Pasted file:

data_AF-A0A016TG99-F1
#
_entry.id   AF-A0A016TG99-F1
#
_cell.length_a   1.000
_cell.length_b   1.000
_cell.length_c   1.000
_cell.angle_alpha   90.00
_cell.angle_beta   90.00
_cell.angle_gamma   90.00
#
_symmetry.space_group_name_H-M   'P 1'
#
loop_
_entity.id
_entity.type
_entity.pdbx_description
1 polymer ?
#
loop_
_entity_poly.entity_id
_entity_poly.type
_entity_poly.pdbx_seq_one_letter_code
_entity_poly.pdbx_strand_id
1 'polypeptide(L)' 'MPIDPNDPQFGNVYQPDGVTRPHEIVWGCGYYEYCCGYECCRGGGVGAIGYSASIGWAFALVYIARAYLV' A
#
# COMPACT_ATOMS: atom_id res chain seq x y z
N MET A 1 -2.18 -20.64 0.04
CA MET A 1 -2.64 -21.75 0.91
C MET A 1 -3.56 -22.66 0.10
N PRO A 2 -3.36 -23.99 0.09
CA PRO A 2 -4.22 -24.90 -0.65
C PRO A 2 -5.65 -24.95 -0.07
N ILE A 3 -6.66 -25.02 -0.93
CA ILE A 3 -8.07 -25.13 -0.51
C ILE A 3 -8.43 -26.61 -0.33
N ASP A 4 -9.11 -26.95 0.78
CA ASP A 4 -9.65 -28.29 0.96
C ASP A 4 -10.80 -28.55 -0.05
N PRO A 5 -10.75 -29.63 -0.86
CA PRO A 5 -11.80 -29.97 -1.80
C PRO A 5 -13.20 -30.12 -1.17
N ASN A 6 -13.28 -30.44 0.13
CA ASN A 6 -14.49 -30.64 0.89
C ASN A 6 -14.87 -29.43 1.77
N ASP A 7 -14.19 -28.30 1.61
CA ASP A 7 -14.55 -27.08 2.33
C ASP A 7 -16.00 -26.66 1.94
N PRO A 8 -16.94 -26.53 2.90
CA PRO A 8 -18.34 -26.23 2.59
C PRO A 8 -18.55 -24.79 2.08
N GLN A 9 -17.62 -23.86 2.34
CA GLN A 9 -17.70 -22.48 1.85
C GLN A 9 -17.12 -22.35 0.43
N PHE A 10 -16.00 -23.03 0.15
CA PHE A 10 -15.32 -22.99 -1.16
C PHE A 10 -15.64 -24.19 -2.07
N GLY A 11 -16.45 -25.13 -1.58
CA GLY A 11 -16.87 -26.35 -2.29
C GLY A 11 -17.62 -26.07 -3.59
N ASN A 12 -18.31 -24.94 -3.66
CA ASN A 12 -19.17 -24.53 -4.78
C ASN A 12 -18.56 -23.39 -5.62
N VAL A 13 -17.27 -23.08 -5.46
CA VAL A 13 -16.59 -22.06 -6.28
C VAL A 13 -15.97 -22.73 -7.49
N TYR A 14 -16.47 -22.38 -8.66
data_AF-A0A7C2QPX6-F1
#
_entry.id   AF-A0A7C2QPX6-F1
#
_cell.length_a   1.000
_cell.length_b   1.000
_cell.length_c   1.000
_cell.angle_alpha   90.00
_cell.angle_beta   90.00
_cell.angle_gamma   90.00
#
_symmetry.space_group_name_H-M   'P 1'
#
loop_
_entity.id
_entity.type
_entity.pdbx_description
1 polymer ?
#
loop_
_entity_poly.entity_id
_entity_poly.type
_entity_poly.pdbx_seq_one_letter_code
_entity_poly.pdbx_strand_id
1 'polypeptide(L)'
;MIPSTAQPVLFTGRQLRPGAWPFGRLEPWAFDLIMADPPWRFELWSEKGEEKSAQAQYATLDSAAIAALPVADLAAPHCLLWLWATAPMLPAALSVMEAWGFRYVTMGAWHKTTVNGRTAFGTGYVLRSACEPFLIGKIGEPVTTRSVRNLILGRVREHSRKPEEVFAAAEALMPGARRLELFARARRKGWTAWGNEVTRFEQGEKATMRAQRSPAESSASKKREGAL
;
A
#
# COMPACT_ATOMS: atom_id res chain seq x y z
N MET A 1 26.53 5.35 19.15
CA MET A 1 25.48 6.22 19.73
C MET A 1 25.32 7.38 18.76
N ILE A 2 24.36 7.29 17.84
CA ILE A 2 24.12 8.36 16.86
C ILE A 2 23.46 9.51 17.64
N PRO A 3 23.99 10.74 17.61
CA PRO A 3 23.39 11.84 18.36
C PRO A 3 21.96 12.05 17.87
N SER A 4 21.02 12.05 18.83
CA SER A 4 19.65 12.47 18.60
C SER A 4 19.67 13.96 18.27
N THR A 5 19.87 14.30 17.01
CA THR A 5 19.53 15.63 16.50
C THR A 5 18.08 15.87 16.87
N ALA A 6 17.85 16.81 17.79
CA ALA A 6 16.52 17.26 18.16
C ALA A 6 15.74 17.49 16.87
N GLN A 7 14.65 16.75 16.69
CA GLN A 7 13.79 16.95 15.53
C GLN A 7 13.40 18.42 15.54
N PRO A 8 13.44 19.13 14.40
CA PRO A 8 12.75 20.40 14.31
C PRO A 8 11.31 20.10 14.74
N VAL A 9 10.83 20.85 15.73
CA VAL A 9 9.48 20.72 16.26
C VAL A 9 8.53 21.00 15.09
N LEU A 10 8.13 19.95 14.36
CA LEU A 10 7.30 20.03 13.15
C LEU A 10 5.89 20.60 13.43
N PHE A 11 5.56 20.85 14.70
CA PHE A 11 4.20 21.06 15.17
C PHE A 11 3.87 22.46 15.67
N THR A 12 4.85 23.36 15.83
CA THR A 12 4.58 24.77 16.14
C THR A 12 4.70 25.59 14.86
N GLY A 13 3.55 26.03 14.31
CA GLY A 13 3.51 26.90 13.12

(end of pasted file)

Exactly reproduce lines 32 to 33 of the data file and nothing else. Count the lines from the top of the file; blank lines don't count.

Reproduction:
CA PRO A 2 -4.22 -24.90 -0.65
C PRO A 2 -5.65 -24.95 -0.07